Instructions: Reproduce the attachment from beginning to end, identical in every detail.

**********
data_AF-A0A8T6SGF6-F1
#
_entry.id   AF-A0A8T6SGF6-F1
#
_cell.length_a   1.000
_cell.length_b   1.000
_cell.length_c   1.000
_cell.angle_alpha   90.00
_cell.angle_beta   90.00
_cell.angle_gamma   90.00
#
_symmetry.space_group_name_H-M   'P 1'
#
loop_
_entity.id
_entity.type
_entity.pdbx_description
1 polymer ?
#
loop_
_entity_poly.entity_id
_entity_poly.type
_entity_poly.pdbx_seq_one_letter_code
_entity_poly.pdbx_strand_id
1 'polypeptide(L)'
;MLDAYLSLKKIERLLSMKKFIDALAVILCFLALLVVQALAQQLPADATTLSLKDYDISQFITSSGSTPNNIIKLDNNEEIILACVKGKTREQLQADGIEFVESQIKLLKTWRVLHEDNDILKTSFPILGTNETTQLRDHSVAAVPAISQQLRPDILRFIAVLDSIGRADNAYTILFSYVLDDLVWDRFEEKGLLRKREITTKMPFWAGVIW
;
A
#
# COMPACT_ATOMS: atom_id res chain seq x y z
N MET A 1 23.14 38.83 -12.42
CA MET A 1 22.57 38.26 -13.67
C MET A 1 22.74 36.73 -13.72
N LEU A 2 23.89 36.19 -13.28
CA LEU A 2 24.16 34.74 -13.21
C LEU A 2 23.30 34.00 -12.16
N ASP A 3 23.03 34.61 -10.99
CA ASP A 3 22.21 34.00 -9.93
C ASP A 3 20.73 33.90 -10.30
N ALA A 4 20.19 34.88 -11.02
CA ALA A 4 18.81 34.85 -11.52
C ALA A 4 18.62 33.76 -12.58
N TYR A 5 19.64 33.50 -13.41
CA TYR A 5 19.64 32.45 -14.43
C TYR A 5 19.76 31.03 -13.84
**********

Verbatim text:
data_AF-A0A8T6SGF6-F1
#
_entry.id   AF-A0A8T6SGF6-F1
#
_cell.length_a   1.000
_cell.length_b   1.000
_cell.length_c   1.000
_cell.angle_alpha   90.00
_cell.angle_beta   90.00
_cell.angle_gamma   90.00
#
_symmetry.space_group_name_H-M   'P 1'
#
loop_
_entity.id
_entity.type
_entity.pdbx_description
1 polymer ?
#
loop_
_entity_poly.entity_id
_entity_poly.type
_entity_poly.pdbx_seq_one_letter_code
_entity_poly.pdbx_strand_id
1 'polypeptide(L)'
;MLDAYLSLKKIERLLSMKKFIDALAVILCFLALLVVQALAQQLPADATTLSLKDYDISQFITSSGSTPNNIIKLDNNEEIILACVKGKTREQLQADGIEFVESQIKLLKTWRVLHEDNDILKTSFPILGTNETTQLRDHSVAAVPAISQQLRPDILRFIAVLDSIGRADNAYTILFSYVLDDLVWDRFEEKGLLRKREITTKMPFWAGVIW
;
A
#
# COMPACT_ATOMS: atom_id res chain seq x y z
N MET A 1 23.14 38.83 -12.42
CA MET A 1 22.57 38.26 -13.67
C MET A 1 22.74 36.73 -13.72
N LEU A 2 23.89 36.19 -13.28
CA LEU A 2 24.16 34.74 -13.21
C LEU A 2 23.30 34.00 -12.16
N ASP A 3 23.03 34.61 -10.99
CA ASP A 3 22.21 34.00 -9.93
C ASP A 3 20.73 33.90 -10.30
N ALA A 4 20.19 34.88 -11.02
CA ALA A 4 18.81 34.85 -11.52
C ALA A 4 18.62 33.76 -12.58
N TYR A 5 19.64 33.50 -13.41
CA TYR A 5 19.64 32.45 -14.43
C TYR A 5 19.76 31.03 -13.84